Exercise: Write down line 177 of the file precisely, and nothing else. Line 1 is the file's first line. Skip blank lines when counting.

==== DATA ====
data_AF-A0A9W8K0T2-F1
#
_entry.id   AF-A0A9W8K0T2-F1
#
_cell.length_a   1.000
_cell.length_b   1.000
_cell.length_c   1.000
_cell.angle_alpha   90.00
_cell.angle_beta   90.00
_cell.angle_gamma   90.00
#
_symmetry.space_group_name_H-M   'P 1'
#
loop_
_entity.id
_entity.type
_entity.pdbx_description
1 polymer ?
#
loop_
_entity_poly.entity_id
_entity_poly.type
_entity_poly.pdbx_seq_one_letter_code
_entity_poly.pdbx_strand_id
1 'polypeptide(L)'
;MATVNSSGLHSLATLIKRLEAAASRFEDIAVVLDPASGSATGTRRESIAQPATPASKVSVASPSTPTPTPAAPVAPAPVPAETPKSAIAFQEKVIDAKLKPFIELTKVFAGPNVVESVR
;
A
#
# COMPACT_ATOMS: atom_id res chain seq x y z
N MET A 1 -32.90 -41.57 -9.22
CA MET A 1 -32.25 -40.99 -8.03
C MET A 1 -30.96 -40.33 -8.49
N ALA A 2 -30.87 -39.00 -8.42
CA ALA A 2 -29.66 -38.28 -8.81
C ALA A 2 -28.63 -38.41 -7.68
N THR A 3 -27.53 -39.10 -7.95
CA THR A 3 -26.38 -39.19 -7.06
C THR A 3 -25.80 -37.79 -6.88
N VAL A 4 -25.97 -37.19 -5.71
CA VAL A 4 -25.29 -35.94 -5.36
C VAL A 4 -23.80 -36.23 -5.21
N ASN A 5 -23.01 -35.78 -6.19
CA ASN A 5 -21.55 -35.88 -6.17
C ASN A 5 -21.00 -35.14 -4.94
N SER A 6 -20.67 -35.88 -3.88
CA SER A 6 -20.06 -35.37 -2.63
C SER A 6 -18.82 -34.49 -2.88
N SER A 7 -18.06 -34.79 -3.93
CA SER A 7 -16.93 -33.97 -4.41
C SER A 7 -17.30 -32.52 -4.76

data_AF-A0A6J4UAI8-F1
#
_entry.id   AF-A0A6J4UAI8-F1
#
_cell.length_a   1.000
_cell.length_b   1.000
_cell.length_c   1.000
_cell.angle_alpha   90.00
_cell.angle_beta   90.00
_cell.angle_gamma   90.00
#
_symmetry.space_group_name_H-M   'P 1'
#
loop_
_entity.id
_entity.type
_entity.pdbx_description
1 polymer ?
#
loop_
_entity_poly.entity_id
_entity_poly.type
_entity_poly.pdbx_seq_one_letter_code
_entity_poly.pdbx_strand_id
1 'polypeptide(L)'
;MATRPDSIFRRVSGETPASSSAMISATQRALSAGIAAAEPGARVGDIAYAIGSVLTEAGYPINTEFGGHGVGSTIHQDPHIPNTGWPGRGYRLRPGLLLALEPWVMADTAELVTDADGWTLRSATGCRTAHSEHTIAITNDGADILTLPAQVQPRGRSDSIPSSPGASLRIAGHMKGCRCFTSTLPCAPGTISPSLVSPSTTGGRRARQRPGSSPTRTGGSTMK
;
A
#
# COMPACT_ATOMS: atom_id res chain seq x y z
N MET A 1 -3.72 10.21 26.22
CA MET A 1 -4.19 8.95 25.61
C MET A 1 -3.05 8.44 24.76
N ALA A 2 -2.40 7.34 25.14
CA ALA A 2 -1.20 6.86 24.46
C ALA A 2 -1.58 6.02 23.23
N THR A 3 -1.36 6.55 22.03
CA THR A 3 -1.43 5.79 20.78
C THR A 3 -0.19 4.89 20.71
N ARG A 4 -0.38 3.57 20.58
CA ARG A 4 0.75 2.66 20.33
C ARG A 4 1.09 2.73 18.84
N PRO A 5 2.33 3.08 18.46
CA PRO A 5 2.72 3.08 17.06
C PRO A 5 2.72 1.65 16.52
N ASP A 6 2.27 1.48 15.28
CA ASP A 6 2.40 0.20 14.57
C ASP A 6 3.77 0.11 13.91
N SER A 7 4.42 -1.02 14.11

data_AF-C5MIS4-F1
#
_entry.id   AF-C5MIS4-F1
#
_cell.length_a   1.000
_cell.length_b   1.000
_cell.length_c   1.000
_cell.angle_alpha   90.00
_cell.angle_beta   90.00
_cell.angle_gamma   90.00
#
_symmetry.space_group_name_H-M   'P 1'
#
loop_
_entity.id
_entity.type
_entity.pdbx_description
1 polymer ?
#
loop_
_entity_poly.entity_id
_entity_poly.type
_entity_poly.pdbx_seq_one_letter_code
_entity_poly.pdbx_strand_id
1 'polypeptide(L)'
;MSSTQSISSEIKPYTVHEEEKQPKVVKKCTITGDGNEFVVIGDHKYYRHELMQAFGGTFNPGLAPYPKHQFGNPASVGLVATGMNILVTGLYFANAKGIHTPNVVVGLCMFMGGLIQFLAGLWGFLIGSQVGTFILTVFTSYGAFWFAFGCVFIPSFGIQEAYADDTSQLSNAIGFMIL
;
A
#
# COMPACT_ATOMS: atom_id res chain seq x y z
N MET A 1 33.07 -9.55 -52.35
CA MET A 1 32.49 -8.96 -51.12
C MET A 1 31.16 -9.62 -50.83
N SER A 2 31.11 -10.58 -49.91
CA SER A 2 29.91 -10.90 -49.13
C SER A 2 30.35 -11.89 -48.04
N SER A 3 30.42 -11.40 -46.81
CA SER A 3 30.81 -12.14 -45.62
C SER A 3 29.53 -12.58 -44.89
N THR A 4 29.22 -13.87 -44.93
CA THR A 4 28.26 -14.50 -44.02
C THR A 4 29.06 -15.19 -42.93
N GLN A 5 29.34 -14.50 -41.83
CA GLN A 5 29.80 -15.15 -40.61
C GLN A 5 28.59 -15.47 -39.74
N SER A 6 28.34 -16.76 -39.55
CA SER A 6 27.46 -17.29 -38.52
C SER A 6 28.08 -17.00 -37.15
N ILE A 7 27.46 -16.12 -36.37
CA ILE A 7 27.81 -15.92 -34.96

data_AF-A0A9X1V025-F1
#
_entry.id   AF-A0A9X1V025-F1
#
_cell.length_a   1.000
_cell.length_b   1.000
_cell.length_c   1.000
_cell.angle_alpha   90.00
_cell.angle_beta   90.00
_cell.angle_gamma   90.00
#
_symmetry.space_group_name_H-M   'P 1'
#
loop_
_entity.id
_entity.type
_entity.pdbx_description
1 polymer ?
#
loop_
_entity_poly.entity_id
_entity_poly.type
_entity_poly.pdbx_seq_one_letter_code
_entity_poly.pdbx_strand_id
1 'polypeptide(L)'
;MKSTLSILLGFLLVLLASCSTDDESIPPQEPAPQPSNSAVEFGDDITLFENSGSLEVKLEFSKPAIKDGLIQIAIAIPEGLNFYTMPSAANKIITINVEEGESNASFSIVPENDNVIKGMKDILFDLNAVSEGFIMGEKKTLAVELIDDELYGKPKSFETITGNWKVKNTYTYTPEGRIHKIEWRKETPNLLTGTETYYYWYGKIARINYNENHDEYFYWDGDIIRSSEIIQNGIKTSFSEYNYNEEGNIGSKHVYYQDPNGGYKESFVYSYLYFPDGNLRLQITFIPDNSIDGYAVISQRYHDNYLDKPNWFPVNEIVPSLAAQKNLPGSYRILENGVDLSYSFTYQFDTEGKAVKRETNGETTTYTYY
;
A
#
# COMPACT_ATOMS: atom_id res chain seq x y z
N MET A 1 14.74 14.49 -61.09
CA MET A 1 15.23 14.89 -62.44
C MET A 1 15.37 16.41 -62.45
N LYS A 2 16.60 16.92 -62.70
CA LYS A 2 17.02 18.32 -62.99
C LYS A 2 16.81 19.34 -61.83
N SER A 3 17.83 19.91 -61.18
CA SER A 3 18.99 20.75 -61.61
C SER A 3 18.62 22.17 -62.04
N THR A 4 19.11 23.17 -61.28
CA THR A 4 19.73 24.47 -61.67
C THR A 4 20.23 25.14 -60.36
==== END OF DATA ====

;